Presentation on theme: "Chapter 11 - Genetics The Essential Question Who is Gregor Mendel and what did he have to do with alleles, chromosomes, traits, or this topic called genetics?"— Presentation transcript:
Chapter 11 - Genetics The Essential Question Who is Gregor Mendel and what did he have to do with alleles, chromosomes, traits, or this topic called genetics? Name _______ Block _______ Date _______
2 Chromosomes Homologous chromosomes Two nearly identical copies of each chromosome in an organism. One set is donated by the mother and the other set by the father. Sister chromatids After a chromosome has replicated during interphase they consist of two identical chromatids which are called sister chromatids.
3 Chromosomes Gene The basic unit of heredity. The sequence of DNA nucleotides on a chromosome encodes for the manufacturing of proteins and thus the traits of the organism.
4 Important terms and concepts Gene: controls one characteristic Alleles: alternative forms of a gene Dominant : an allele that is phenotypically expressed regardless of the other allele Recessive : an allele that is only phenotypically expressed when the dominant allele is not present Locus: location of a gene on a chromosome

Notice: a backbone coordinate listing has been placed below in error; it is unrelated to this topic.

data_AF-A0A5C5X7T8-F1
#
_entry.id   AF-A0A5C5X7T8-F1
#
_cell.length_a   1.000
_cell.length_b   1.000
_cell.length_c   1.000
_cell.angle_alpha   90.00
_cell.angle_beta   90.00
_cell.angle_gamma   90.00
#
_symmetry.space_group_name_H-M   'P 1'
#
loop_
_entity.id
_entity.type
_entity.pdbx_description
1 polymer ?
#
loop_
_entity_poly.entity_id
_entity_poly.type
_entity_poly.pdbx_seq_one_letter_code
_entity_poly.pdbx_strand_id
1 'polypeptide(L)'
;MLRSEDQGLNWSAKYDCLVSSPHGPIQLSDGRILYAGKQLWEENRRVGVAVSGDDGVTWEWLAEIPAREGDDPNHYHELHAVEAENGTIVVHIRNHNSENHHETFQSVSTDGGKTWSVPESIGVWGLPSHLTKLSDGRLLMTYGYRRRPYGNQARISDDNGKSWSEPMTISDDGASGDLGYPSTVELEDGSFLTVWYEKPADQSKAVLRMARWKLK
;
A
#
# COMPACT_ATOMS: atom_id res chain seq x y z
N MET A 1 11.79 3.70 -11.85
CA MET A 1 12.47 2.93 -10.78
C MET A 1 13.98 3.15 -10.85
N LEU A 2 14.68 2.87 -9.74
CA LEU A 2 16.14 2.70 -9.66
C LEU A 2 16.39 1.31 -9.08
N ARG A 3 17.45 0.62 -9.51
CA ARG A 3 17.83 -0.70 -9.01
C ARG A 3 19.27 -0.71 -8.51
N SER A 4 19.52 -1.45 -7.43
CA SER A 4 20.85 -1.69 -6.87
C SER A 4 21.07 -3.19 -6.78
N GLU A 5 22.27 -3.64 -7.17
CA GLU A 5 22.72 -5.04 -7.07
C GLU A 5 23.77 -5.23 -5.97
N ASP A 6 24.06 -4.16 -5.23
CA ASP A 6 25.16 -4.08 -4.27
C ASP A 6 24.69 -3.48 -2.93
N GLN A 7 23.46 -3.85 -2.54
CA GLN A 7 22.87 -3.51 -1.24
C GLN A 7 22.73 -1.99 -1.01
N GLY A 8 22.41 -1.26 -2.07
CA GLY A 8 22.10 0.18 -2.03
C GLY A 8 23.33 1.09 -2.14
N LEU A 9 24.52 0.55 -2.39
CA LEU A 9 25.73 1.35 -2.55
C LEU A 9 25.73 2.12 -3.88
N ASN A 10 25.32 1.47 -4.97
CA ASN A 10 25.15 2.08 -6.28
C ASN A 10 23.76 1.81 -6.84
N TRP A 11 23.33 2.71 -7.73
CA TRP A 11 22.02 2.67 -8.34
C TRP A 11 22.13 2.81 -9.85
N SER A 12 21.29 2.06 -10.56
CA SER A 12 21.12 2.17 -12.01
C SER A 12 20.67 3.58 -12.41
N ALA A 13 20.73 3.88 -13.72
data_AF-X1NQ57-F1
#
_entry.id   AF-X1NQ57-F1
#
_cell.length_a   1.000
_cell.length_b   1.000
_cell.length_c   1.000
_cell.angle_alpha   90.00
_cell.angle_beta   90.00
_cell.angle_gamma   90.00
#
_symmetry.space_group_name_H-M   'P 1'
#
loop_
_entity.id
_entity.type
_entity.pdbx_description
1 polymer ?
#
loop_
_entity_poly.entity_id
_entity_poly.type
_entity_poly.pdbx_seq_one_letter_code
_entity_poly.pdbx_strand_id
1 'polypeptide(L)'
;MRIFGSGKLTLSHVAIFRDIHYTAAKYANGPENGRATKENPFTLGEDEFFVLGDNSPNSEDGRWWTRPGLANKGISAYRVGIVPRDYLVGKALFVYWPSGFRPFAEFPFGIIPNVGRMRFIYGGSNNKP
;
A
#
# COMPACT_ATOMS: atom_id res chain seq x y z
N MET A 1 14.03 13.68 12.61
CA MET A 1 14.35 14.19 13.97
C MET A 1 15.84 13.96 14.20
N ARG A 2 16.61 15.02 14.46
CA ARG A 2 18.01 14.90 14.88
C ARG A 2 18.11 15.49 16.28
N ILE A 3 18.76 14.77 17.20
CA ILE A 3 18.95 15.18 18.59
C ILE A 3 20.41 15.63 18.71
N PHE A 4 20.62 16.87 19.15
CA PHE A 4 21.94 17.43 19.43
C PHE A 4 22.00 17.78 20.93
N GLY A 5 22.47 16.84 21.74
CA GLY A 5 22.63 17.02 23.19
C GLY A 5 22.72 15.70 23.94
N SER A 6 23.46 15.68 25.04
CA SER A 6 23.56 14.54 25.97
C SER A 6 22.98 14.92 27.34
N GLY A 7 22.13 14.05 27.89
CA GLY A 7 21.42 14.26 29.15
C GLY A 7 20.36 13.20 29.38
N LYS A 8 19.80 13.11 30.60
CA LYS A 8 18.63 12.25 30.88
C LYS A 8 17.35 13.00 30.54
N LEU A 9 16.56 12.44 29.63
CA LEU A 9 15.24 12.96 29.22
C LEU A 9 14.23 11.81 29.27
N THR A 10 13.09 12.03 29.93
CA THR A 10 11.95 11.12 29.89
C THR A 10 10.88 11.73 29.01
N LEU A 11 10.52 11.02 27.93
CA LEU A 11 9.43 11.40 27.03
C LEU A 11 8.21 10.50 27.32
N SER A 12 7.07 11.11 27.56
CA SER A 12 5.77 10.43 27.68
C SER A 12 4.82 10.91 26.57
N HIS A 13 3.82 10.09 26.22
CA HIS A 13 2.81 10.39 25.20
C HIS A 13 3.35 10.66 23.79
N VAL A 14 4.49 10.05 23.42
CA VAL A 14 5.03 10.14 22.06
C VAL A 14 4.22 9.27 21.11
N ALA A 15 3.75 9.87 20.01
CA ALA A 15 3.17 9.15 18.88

6 Important terms and concepts Heterozygous : contains two different alleles for the trait being studied Homozygous : contains identical alleles for the trait being studied Genotype : the collection of alleles in an individual Phenotype : the physical expression of the alleles (appearance & behaviour)
Gregor Mendel He was a High School Biology teacher that gave up teaching to become a monk. For his work in genetics, he earned the title of being know as: The Father of Genetics.
8 Mendels first law the Law of Segregation Each organism has two hereditary factors for each trait, which are called ___________. And during meiosis, gamete (egg or sperm) formation, the two factors separate (segregate) into different gametes so that each gamete has only one type of each factor.
9 Mendel's second law the Law of Independent Assortment Genes located on different chromosomes assort independently of one another.